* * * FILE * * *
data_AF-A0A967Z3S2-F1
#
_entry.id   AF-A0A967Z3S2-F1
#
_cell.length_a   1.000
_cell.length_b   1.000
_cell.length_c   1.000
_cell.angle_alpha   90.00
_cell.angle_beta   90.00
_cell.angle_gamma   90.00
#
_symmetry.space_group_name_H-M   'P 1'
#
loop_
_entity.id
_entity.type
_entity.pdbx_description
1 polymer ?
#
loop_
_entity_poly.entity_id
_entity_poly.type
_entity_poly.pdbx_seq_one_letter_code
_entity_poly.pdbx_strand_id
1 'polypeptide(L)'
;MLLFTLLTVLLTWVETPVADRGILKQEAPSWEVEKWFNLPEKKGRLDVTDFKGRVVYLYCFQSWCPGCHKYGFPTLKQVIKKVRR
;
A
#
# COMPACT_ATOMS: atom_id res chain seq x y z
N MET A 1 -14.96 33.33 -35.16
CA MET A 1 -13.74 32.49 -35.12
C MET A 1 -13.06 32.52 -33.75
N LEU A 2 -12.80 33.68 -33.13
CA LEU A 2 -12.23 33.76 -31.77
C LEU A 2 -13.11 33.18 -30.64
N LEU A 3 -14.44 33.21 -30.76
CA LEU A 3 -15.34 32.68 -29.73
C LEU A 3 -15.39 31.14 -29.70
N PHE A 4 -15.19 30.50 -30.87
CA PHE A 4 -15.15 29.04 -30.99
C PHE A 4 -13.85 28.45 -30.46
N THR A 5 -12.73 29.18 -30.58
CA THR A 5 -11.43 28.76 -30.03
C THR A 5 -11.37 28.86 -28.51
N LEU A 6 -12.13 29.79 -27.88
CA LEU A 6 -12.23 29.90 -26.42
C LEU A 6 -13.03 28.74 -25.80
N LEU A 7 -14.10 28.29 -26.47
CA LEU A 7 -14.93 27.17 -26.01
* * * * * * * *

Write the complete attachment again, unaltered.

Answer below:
data_AF-A0A967Z3S2-F1
#
_entry.id   AF-A0A967Z3S2-F1
#
_cell.length_a   1.000
_cell.length_b   1.000
_cell.length_c   1.000
_cell.angle_alpha   90.00
_cell.angle_beta   90.00
_cell.angle_gamma   90.00
#
_symmetry.space_group_name_H-M   'P 1'
#
loop_
_entity.id
_entity.type
_entity.pdbx_description
1 polymer ?
#
loop_
_entity_poly.entity_id
_entity_poly.type
_entity_poly.pdbx_seq_one_letter_code
_entity_poly.pdbx_strand_id
1 'polypeptide(L)'
;MLLFTLLTVLLTWVETPVADRGILKQEAPSWEVEKWFNLPEKKGRLDVTDFKGRVVYLYCFQSWCPGCHKYGFPTLKQVIKKVRR
;
A
#
# COMPACT_ATOMS: atom_id res chain seq x y z
N MET A 1 -14.96 33.33 -35.16
CA MET A 1 -13.74 32.49 -35.12
C MET A 1 -13.06 32.52 -33.75
N LEU A 2 -12.80 33.68 -33.13
CA LEU A 2 -12.23 33.76 -31.77
C LEU A 2 -13.11 33.18 -30.64
N LEU A 3 -14.44 33.21 -30.76
CA LEU A 3 -15.34 32.68 -29.73
C LEU A 3 -15.39 31.14 -29.70
N PHE A 4 -15.19 30.50 -30.87
CA PHE A 4 -15.15 29.04 -30.99
C PHE A 4 -13.85 28.45 -30.46
N THR A 5 -12.73 29.18 -30.58
CA THR A 5 -11.43 28.76 -30.03
C THR A 5 -11.37 28.86 -28.51
N LEU A 6 -12.13 29.79 -27.88
CA LEU A 6 -12.23 29.90 -26.42
C LEU A 6 -13.03 28.74 -25.80
N LEU A 7 -14.10 28.29 -26.47
CA LEU A 7 -14.93 27.17 -26.01